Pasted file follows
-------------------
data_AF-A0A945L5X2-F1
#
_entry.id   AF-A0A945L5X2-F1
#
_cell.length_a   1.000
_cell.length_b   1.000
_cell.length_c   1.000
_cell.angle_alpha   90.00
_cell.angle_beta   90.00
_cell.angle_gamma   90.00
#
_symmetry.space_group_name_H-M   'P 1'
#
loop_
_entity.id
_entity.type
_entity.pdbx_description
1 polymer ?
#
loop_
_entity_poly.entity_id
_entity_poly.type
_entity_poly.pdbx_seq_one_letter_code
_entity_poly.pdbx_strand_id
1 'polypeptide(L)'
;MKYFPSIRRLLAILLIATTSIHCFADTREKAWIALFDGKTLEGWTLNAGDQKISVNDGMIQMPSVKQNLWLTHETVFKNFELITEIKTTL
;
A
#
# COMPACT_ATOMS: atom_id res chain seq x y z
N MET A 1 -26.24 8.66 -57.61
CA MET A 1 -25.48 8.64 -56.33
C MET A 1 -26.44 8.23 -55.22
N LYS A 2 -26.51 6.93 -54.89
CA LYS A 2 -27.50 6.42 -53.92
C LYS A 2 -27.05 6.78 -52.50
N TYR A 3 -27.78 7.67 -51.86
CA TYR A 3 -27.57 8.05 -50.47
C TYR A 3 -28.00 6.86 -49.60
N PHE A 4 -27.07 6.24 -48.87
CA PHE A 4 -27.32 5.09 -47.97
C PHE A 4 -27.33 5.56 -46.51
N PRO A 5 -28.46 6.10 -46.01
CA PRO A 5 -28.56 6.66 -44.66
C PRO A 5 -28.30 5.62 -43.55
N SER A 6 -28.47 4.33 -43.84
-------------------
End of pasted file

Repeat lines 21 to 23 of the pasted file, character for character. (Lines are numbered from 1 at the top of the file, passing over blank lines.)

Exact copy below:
_entity_poly.entity_id
_entity_poly.type
_entity_poly.pdbx_seq_one_letter_code